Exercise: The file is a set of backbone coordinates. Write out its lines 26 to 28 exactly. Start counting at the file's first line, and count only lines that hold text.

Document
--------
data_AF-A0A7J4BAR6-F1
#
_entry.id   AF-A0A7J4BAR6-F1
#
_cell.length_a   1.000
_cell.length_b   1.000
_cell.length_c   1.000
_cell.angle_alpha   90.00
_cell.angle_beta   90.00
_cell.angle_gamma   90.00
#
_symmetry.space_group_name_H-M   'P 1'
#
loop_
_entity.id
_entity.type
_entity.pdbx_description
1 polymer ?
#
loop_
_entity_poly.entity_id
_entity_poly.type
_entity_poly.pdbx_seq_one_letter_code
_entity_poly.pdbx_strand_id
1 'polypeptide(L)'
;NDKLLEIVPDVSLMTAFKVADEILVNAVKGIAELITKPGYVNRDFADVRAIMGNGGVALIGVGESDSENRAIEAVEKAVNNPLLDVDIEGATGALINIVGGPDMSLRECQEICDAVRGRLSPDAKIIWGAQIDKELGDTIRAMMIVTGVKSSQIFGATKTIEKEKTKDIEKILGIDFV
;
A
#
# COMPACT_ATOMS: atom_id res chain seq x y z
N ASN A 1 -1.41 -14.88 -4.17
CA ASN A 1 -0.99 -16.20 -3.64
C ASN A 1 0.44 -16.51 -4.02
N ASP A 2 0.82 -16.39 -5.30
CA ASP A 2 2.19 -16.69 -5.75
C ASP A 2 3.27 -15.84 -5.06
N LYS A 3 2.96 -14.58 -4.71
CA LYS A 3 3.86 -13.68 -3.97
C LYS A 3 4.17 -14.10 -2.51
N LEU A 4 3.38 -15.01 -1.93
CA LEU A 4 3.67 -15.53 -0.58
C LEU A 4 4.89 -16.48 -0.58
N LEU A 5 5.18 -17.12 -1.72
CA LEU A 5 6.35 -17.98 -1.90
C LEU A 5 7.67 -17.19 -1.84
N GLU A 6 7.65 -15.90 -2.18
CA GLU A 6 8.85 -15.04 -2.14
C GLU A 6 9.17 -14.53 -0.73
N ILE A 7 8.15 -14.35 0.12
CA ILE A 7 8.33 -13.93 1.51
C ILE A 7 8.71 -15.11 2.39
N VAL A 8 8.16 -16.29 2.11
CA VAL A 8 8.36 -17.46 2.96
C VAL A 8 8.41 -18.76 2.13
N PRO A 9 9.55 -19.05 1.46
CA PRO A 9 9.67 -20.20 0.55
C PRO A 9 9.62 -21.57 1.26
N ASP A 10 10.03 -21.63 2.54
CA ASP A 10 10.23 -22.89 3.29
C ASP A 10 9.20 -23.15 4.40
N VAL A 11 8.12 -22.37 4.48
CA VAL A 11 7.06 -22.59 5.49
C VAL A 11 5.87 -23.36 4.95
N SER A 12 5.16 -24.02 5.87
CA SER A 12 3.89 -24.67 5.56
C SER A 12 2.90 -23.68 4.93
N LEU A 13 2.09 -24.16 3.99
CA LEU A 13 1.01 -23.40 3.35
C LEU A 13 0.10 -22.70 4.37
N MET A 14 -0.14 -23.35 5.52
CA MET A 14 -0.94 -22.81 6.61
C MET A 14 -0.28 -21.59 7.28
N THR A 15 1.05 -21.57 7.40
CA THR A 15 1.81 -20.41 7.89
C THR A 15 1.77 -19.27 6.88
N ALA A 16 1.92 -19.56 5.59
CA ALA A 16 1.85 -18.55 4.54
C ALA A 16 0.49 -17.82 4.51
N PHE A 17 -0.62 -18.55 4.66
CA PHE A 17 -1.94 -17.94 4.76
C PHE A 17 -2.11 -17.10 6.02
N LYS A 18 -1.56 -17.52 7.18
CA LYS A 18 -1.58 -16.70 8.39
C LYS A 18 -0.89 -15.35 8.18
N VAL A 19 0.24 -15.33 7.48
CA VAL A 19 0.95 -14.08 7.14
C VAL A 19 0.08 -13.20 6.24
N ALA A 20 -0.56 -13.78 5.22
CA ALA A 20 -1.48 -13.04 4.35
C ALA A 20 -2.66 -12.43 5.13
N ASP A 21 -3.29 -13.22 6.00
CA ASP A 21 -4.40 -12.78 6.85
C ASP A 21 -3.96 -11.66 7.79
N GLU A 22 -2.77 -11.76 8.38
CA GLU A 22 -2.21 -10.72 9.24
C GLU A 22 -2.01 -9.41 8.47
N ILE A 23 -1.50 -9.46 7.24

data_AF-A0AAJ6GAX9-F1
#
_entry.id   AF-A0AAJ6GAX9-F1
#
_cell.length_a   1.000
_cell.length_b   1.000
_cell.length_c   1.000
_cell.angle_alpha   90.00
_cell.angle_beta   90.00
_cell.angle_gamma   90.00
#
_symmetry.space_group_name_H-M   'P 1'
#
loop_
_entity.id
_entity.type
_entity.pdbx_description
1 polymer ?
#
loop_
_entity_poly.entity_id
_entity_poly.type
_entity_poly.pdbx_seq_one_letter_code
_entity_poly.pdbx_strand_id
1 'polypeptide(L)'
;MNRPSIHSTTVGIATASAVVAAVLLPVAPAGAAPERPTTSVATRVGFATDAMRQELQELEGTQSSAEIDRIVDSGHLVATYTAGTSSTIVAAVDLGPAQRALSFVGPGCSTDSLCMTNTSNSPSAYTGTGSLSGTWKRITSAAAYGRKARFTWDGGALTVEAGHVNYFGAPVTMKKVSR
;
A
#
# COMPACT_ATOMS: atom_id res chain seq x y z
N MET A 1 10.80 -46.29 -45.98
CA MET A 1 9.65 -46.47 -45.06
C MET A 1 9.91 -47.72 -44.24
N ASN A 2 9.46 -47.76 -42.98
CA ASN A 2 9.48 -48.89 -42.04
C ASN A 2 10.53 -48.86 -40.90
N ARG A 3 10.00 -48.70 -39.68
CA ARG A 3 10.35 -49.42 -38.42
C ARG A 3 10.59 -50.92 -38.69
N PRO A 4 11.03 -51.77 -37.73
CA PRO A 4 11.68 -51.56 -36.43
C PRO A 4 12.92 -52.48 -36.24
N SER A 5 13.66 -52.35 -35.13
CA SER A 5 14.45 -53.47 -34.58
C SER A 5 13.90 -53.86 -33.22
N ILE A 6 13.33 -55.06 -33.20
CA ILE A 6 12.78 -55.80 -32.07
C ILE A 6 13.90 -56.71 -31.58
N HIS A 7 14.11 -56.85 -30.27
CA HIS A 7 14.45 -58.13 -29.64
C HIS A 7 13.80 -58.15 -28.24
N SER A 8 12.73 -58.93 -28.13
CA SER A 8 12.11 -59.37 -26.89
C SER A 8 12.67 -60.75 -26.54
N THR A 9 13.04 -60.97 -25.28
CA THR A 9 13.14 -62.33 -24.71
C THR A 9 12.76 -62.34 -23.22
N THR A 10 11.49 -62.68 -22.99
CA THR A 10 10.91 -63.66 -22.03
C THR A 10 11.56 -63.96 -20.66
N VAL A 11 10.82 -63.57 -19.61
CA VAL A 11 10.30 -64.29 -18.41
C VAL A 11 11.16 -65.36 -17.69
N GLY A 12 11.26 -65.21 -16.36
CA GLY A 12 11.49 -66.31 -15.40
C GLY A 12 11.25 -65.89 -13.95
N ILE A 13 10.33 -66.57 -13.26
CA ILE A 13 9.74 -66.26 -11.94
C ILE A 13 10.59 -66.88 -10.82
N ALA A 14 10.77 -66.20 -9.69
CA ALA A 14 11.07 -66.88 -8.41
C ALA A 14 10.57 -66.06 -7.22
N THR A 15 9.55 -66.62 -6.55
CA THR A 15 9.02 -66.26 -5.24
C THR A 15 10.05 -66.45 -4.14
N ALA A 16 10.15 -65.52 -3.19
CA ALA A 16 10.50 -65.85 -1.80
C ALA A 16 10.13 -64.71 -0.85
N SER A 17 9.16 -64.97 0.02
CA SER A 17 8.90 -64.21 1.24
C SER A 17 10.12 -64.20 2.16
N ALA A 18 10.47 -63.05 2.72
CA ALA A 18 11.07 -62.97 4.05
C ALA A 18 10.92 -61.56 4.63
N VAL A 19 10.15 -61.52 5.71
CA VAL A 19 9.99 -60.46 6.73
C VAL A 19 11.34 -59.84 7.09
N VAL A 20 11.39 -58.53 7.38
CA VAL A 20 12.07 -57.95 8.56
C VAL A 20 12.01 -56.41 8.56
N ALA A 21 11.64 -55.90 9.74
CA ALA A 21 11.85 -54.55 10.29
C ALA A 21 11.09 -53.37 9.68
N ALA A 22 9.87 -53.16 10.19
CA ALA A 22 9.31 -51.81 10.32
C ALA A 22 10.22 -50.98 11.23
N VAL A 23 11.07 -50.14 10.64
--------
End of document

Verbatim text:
;NDKLLEIVPDVSLMTAFKVADEILVNAVKGIAELITKPGYVNRDFADVRAIMGNGGVALIGVGESDSENRAIEAVEKAVNNPLLDVDIEGATGALINIVGGPDMSLRECQEICDAVRGRLSPDAKIIWGAQIDKELGDTIRAMMIVTGVKSSQIFGATKTIEKEKTKDIEKILGIDFV
;
A